Ice bombs damage vehicles on two of Metro Vancouver's busiest bridges
Ice bombs have been crashing on vehicles crossing the Alex Fraser and Port Mann bridges after last night's snowfall.
Patrick Livolsi, Ministry of Transportation and Infrastructure assistant deputy minister and professional engineer, said in a statement that the safety of drivers and travellers is "our top priority".
“While it is rare for enough snow and ice to accumulate on the Alex Fraser Bridge because of the design of the bridge, we understand there have been reports of damaged vehicles while they were crossing that bridge today," Livolsi said. "We are also looking into reports of a small number of vehicles being damaged on the Port Mann Bridge.
“We are looking into these reports and encourage any drivers who may have experienced damage to contact the ministry so that we can determine how it might have happened. We have been in touch with one driver who had windshield damage while crossing the Alex Fraser and we are working with the individual now."
He noted that cable-sweepers on the Port Mann Bridge are in place "to clear the snow from the cables before ice has the chance to form".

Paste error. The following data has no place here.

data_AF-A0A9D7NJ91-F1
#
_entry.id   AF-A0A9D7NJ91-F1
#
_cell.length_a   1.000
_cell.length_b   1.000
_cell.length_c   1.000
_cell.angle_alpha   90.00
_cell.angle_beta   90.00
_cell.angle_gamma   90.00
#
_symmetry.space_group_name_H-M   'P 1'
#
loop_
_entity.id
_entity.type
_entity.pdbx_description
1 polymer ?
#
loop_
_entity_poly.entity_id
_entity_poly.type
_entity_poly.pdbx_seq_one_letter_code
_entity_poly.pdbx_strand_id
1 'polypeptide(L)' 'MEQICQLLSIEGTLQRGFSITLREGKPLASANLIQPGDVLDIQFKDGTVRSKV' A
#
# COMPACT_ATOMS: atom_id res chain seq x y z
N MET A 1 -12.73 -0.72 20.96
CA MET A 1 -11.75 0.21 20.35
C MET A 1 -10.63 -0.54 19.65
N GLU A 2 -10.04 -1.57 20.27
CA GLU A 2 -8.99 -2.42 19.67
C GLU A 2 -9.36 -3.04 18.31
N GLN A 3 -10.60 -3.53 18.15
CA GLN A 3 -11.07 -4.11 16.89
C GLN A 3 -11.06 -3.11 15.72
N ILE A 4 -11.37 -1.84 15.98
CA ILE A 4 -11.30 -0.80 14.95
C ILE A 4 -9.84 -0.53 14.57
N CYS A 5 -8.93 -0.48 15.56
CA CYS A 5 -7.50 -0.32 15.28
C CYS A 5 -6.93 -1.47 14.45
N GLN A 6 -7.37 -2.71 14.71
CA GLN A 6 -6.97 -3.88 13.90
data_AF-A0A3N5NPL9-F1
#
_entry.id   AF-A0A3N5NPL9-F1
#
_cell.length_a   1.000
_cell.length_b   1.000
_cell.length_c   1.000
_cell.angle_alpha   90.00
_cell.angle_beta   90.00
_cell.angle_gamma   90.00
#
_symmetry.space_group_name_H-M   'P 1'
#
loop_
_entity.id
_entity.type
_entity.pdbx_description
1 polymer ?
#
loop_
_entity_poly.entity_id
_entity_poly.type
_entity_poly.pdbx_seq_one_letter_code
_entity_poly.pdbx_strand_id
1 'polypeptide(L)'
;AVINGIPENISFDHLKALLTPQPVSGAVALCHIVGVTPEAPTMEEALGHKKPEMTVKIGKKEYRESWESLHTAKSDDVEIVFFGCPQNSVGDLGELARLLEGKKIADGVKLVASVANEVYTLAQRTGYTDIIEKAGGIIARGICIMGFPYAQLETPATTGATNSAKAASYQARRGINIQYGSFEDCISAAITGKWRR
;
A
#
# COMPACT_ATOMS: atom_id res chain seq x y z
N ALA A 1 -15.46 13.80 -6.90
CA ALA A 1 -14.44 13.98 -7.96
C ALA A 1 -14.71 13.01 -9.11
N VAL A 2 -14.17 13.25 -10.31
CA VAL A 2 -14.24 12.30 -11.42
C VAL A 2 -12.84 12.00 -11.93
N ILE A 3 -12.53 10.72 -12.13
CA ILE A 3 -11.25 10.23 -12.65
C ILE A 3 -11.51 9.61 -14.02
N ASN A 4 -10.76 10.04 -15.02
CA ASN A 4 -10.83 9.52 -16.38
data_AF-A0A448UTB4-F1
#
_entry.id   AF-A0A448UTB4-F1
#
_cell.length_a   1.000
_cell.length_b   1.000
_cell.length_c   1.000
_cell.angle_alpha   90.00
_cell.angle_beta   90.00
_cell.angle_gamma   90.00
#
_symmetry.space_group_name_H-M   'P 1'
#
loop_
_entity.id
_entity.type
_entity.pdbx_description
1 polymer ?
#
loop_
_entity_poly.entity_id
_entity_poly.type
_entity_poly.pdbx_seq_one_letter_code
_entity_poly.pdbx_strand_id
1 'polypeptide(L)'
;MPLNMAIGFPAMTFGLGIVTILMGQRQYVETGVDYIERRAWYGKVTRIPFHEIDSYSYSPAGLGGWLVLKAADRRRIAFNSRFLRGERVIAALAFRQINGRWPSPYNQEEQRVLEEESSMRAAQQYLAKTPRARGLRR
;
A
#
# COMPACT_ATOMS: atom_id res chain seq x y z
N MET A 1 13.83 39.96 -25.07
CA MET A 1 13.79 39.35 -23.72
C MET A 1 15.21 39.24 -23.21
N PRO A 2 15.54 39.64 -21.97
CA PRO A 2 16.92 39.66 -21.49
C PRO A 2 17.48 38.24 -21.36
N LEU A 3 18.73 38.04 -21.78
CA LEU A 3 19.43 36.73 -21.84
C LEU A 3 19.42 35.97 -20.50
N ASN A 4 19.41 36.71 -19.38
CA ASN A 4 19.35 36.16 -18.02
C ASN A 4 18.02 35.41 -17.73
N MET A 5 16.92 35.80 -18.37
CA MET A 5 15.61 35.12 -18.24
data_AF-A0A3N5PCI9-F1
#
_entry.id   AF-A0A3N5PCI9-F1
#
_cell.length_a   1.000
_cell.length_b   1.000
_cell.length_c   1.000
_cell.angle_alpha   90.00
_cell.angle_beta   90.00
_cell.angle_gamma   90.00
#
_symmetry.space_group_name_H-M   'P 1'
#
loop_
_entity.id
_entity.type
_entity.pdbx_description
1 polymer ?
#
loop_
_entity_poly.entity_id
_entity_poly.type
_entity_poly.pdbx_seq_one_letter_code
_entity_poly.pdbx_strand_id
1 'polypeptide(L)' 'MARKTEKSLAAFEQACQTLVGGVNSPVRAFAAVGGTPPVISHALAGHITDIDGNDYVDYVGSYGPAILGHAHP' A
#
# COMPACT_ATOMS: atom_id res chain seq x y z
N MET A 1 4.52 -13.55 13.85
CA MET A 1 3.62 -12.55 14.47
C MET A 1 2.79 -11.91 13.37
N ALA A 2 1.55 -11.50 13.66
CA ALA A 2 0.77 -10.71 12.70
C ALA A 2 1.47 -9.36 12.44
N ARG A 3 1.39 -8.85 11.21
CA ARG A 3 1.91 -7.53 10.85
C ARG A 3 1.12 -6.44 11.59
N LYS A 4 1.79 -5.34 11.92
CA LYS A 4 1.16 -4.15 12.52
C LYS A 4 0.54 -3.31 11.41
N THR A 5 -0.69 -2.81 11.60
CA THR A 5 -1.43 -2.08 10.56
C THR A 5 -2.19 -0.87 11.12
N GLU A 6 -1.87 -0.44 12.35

"This system limits the size of ice that could accumulate on the Port Mann Bridge’s cables and significantly reduces the chance of damage to vehicles," he stated.
CKNW News quoted a motorist claiming to have seen ice bombs falling from cables holding up the Port Mann Bridge.
Joe Hunt said “people were slowing down and trying to avoid" chunks of slush coming from above. But he wasn't so lucky.
"It shattered the whole window and cracked it alongside the driver’s side as well,” Hunt told CKNW.
Transportation Investment Corp. oversaw construction of the Port Mann Bridge. The Crown company is also responsible for operating and maintaining it.
On the TI Corp. Twitter feed this morning, it said that "some slush could could come from above."
Meanwhile, journalist Bob Mackin has tweeted that the 2008 tolling contract for the Port Mann Bridge included a no-ice-buildup clause.